Young Vietnamese Still Feel North, South Divide

Sixty years after the Geneva Accords created the partition of Vietnam, the differences between north and south are still felt, even by those born years after reunification. Photo: dpa/Marianne Brown

By Marianne Brown

HANOI (DPA) — A man in a luminous yellow T-shirt bobs up and down alongside a group of women at 5 am doing aerobics – a typical morning activity in Hanoi. At the same time in Ho Chi Minh City, another man is sprawled across a bed, fast asleep.

The scenes are from an episode of the popular comedy series Thich An Pho (Like Eating Noodles), published on YouTube. The video, titled "Hanoi, Saigon, how are they different?" illustrates many of the stereotypical contrasts between the two cities.

One scene takes aim at street crime: frequent in Ho Chi Minh city by reputation, and less in Hanoi. Another scene targets customer service: good in the south, bad in the north.


Rivalries between a country's major cities are not unusual, but two decades of partition in Vietnam compounded the cultural divide, even for those born long after reunification in 1975.

After the 1954 Geneva Accords, which split the country after nearly 100 years of French colonial rule, Hanoi in the North became the political heart of the Communist Party, while Saigon in the South – now renamed Ho Chi Minh City – became a US-backed economic hub, dubbed "the pearl of the orient."

"When we, people from Hanoi and Saigon, look at pictures from that time, we know it was a completely charming city back then, not poor. Lots of Saigonese still miss that," said 26-year-old Hanoian Trang Phan Malo, who worked in Ho Chi Minh City for seven years.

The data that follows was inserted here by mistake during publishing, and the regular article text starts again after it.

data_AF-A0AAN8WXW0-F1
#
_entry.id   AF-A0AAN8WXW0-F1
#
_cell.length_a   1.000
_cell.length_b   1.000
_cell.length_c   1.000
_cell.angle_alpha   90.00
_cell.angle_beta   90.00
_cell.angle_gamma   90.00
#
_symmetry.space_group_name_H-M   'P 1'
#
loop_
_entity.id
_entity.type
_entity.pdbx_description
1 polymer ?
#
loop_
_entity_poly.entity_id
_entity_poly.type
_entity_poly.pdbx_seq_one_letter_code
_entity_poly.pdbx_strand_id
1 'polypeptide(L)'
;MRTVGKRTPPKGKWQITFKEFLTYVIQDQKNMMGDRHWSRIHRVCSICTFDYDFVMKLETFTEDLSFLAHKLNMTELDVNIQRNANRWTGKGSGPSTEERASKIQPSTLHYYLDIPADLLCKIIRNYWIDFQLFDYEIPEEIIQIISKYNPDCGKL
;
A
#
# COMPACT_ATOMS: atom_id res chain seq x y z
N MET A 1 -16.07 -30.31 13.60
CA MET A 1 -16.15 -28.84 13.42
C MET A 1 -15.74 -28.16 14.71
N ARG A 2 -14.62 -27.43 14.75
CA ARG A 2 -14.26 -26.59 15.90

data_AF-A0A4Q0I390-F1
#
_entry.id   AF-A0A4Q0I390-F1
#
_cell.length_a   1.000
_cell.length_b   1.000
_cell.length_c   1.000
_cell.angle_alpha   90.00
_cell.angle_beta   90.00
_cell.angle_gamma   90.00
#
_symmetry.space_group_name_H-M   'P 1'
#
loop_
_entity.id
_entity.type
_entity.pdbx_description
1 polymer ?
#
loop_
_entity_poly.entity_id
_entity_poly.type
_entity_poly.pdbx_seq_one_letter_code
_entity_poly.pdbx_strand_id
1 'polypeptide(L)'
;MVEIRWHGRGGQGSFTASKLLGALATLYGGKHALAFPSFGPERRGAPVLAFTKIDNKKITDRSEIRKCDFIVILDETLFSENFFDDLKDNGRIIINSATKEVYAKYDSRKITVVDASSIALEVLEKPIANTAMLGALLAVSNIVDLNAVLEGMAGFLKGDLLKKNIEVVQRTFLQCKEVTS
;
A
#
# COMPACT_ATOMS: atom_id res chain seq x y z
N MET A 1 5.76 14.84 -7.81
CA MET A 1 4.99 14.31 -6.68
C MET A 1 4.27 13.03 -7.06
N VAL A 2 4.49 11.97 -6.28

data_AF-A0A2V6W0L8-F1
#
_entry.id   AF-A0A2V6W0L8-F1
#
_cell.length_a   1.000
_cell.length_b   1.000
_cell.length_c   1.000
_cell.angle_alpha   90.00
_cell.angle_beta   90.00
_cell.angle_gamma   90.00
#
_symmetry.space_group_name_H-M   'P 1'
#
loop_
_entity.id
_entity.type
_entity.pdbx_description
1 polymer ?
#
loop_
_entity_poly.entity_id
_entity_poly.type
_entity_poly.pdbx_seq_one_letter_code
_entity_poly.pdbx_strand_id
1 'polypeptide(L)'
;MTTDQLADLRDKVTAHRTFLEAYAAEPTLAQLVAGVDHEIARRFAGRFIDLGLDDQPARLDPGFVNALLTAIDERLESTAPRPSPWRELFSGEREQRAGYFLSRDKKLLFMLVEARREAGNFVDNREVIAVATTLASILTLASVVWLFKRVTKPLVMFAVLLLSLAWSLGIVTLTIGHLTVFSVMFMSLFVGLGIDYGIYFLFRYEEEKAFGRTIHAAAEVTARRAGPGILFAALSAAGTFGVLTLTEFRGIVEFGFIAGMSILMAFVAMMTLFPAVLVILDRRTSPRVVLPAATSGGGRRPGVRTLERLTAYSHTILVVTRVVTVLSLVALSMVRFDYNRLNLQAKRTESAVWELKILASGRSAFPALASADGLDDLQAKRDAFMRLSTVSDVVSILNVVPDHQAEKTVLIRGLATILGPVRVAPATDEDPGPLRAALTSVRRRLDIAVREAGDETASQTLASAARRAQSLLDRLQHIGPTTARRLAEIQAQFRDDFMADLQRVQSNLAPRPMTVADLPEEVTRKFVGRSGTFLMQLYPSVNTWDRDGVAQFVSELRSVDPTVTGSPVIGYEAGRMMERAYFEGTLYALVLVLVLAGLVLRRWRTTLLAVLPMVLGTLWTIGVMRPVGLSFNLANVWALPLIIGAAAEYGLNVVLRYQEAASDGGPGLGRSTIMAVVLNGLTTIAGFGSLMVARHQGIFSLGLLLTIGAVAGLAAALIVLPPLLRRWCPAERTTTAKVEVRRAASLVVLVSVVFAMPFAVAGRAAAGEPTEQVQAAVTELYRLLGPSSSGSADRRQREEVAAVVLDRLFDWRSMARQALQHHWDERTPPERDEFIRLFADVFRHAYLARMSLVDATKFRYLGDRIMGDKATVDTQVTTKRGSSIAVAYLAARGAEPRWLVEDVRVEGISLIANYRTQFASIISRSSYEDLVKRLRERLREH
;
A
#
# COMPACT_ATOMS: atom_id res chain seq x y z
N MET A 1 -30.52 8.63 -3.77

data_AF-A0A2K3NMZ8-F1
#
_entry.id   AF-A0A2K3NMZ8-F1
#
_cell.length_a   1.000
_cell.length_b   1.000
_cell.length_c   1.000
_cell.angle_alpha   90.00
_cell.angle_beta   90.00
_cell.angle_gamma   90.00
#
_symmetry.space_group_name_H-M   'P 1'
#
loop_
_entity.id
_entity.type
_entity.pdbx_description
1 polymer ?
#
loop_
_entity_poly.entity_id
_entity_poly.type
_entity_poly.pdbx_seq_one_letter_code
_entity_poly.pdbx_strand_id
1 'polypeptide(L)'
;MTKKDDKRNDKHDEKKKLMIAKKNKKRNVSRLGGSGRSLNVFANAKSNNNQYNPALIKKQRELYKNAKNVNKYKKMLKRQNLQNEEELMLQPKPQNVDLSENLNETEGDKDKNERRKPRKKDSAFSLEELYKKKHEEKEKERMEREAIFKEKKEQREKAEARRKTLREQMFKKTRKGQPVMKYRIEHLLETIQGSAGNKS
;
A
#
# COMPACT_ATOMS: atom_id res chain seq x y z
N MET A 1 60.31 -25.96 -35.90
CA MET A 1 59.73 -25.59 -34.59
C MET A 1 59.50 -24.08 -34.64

"Cyclo [cycle rickshaw] drivers will take their families out for an expensive meal, but in Hanoi they just save the money," she said.

"People in the North had a lot of difficulties in the past, especially during the subsidy time," she said, referring to the period of rationing in the 1970s and 80s.

"There are a lot of differences, so many divisions and distinctions sometimes I think they are like two different countries," said a 34-year-old architect born in Saigon but currently living in Hanoi with his wife.

"Before 1975 the two economies were entirely different, like South Korea and North Korea," he said, asking that his name not be used.

While Saigon remains an economic hub, many Vietnamese see Hanoi as more like a village, with many relying on small-scale agriculture and handicraft villages, he added.

Hanoians are better at art and politics, whereas people in Saigon are better at commerce, technology and foreign languages, according to 26-year-old Saigon-born Nguyen Thanh Tam, organizer of the first Gay Pride march in Vietnam.

"I organised Pride in Hanoi because it is the political hub of Vietnam," she said. "From donors' perspective, they favour Hanoi over Saigon because it is generally more conservative and exerts greater socio-political impact, at least on the government."


For cafe owner Cuong Vu, one of the simpler, more noticeable, differences is the preference for stronger tea and saltier food in Hanoi compared to their southern counterparts.

He said he has personally benefited from differing attitudes in Vietnam's north and south poles.

"As a Hanoian, I was loved more by Saigonese people for working hard," he said.